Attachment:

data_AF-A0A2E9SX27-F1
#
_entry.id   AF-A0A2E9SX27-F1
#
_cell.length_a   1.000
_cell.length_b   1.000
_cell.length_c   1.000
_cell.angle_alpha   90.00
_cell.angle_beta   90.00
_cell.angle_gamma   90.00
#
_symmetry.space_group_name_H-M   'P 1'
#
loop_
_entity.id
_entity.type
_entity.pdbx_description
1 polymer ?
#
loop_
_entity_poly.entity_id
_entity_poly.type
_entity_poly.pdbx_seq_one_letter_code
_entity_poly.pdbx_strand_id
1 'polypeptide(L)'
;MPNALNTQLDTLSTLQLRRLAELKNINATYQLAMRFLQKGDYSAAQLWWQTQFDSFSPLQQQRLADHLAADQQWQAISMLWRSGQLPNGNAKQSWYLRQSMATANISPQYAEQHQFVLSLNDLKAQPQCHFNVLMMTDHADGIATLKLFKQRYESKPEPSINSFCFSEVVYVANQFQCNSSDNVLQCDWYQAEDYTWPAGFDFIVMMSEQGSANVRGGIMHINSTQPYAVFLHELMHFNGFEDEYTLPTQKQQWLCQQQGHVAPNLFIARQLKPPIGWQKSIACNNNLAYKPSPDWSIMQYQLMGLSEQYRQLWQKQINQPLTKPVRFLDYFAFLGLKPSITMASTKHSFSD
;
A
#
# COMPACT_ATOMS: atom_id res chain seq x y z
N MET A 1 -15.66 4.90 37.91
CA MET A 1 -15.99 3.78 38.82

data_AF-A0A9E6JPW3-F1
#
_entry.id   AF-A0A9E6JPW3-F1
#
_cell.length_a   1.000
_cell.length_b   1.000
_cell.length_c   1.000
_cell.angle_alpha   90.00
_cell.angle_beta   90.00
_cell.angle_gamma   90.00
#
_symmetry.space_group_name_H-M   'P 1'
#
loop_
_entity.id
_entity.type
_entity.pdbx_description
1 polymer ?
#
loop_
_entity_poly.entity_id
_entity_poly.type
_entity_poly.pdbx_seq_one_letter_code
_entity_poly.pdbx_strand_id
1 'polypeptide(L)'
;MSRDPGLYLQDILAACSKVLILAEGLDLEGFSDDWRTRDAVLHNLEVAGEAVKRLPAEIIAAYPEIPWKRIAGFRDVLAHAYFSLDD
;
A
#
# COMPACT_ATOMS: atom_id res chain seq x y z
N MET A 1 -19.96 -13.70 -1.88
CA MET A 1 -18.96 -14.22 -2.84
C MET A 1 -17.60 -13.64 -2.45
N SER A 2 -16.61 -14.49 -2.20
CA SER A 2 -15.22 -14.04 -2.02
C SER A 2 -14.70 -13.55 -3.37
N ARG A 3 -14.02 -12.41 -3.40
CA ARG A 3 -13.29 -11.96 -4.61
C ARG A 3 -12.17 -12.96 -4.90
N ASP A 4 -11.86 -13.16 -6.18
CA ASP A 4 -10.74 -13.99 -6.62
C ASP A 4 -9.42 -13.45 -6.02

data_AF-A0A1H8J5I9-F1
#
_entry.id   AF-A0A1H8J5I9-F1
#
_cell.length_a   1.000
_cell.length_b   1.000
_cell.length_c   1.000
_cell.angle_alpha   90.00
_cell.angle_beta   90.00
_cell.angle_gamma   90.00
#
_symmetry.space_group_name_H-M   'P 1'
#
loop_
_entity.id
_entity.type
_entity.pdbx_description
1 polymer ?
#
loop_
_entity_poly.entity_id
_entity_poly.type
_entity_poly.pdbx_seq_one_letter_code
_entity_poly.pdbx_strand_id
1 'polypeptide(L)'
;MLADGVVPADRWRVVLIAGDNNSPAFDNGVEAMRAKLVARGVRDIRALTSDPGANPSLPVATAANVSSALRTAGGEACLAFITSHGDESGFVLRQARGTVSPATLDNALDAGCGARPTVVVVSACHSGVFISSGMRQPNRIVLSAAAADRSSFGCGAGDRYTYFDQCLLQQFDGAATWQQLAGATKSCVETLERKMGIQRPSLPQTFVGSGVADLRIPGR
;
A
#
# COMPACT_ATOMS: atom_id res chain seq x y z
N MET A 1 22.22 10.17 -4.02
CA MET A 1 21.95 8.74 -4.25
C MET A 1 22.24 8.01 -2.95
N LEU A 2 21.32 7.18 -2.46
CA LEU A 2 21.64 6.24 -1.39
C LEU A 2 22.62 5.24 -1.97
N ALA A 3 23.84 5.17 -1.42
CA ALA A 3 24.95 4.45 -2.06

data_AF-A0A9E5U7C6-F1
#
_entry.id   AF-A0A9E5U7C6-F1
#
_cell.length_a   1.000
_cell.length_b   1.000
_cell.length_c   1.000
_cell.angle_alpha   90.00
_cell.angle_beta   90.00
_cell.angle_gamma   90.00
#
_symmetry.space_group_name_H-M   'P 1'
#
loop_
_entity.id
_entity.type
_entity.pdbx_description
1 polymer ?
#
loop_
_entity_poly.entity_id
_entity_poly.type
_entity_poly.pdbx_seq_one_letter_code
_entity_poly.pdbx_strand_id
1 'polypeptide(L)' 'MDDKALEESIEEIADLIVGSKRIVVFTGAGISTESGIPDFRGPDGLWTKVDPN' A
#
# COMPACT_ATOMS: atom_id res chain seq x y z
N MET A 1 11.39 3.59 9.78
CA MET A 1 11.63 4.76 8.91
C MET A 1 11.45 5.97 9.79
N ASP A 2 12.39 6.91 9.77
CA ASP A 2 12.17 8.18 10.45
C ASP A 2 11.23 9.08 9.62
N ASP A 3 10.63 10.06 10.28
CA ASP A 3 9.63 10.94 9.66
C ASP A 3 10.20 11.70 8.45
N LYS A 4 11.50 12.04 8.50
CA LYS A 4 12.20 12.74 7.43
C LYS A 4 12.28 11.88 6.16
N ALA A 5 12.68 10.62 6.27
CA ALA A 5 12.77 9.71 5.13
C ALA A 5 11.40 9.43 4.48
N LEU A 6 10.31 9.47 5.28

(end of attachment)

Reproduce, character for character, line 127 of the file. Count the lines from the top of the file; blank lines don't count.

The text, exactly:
_entity.id